Why is my Goldfish Tank Filled with Cloudy Water?
This could be due to several factors. If the tank is newly set up or you added a lot of new goldfish recently, the cloudiness could be a bacterial bloom as the beneficial bacteria is rapidly reproducing in response to an increase in fish waste. The best course of action is to patiently wait a week without making any drastic changes to the aquarium, and the bacteria cloud will eventually disappear on its own.
You can clean the filter and do a water change if your water is cloudy due too much particulate. It is a good idea to get water test strips. We suggest changing the water when the nitrates reach 50 ppm. You can change 30% to 50% of your water at once, then monitor the time it takes for the nitrates levels to rise again to 50 ppm. Then, you can create a weekly, or monthly schedule, based on these results. Of course, as the fish get bigger, they will produce more waste, so it may be worth getting them a larger tank, moving them to an outdoor pond, or rehoming them to someone with more space.
To extend the time between water changes and provide greater enrichment for the fish, we like to use live aquarium plants as decor. An entire article is dedicated to safe aquarium plants for goldfish. Goldfish have a natural appetite for vegetables. Most of the plants are rhizome, such as anubias or ferns. They can be attached to rock and driftwood so they won’t fall apart.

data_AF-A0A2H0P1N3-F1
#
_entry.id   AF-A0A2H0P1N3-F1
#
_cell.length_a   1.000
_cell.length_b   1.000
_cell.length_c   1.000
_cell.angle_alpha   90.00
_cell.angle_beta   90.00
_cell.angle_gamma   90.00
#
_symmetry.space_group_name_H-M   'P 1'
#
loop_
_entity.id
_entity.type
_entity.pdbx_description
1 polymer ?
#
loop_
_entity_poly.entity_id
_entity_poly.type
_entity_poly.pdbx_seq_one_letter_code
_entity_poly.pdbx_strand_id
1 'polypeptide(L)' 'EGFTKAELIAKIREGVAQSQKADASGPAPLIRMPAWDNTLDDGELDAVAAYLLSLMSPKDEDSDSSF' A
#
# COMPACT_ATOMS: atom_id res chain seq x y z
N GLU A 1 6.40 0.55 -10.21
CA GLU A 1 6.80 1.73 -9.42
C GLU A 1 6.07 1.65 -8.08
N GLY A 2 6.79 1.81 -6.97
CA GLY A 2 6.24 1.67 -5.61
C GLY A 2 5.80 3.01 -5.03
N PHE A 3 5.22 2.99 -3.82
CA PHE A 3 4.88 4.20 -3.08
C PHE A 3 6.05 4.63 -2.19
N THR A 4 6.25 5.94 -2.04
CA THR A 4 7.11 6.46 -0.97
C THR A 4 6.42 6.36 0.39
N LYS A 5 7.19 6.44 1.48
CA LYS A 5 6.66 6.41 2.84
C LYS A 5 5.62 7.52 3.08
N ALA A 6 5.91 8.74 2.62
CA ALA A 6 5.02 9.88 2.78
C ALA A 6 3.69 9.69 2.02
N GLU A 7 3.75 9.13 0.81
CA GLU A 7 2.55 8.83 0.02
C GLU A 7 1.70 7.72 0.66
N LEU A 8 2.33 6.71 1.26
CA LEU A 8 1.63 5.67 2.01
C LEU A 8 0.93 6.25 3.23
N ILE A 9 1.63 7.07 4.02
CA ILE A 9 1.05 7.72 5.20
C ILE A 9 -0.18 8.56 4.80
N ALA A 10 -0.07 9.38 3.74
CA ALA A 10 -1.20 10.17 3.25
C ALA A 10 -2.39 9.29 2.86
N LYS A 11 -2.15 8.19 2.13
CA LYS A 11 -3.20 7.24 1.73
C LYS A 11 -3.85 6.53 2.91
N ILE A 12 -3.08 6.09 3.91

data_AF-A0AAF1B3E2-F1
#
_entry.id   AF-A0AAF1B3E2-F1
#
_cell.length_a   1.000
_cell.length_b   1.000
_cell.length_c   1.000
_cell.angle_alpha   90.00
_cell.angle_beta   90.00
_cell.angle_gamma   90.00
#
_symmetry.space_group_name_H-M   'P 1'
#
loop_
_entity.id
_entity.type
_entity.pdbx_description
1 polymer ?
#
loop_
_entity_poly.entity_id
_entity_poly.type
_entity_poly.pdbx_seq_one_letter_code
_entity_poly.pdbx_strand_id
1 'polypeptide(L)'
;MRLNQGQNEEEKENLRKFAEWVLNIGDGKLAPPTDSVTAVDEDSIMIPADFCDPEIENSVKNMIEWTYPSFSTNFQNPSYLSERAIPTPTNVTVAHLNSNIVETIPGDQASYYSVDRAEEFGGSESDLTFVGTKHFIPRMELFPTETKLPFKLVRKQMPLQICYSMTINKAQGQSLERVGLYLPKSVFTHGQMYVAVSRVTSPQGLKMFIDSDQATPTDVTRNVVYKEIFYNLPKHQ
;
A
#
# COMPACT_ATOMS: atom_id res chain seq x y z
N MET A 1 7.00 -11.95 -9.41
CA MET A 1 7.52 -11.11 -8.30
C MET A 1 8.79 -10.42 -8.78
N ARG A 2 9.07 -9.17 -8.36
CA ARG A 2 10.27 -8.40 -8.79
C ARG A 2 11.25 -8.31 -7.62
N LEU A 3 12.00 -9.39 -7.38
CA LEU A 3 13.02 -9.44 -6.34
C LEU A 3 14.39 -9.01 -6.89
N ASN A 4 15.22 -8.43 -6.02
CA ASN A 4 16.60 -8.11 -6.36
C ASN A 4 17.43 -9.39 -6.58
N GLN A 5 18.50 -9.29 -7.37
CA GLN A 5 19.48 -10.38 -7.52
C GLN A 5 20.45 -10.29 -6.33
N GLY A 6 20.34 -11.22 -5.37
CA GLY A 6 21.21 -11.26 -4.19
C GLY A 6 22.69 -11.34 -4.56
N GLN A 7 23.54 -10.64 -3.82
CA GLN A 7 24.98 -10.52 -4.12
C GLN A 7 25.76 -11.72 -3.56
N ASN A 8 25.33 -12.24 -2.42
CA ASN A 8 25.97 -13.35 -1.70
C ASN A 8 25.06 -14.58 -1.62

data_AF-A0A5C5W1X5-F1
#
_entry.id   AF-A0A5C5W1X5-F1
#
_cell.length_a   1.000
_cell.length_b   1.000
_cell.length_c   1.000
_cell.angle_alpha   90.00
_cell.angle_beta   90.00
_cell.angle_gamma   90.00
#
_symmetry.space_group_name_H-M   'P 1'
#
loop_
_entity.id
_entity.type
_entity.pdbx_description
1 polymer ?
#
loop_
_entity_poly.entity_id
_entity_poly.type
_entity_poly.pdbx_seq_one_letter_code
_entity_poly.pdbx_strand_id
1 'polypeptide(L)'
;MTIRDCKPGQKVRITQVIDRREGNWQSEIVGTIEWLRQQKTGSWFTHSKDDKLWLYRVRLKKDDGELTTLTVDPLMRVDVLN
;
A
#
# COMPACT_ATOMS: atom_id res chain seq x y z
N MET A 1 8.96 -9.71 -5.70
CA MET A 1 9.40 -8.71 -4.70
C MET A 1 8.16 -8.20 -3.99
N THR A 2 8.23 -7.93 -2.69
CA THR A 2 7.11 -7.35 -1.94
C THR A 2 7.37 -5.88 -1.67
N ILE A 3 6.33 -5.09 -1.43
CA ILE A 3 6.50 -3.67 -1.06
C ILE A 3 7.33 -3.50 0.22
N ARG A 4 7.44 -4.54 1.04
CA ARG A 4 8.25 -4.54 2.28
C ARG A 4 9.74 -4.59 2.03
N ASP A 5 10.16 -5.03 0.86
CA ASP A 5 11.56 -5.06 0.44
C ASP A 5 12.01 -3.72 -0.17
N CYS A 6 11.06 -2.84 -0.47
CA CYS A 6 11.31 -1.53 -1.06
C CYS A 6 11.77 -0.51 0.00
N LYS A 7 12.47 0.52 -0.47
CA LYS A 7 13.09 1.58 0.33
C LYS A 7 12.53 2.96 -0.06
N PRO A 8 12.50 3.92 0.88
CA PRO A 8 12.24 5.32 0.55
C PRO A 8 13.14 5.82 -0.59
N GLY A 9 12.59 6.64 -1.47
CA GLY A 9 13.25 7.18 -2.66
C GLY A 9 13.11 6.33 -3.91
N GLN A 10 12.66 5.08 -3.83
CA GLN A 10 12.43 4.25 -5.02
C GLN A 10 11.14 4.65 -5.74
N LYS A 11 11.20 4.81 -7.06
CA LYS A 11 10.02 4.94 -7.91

Robust, easy-to-grow aquarium plants can help absorb nitrogen waste compounds and reduce your maintenance frequency.
Why Is My Goldfish Acting Weird? Is This Okay?
Goldfish are funny creatures that have their own unique personalities and idiosyncrasies, so what may be normal behavior for one fish may be quite abnormal for another fish. We recommend checking on your goldfish every day, whether they are active or lethargic, and that you keep them fed at least once per day.
If you notice any signs of ich such as a large, enlarged wen or white spots around the eyes, it may be a sign that something is wrong. Make sure everyone’s getting along and the fish aren’t breeding too aggressively with each other. Monitor the temperature, pH, and nitrates at least once a week (even during the holiday season), and you’ll have a successful tank.
There is a stigma surrounding goldfish keeping. Because beginners often purchase them, they will get the wrong advice and put them in a small container. Water changes can cause death. Goldfish are fairly hardy compared to more sensitive species, but you should still treat them with the same care you would give any other fish (e.g., regularly gravel vacuum the aquarium, service the filter, and test the water quality). There are two main points to keep in mind: a) they prefer cooler temperatures, and b) their size means they require a larger tank.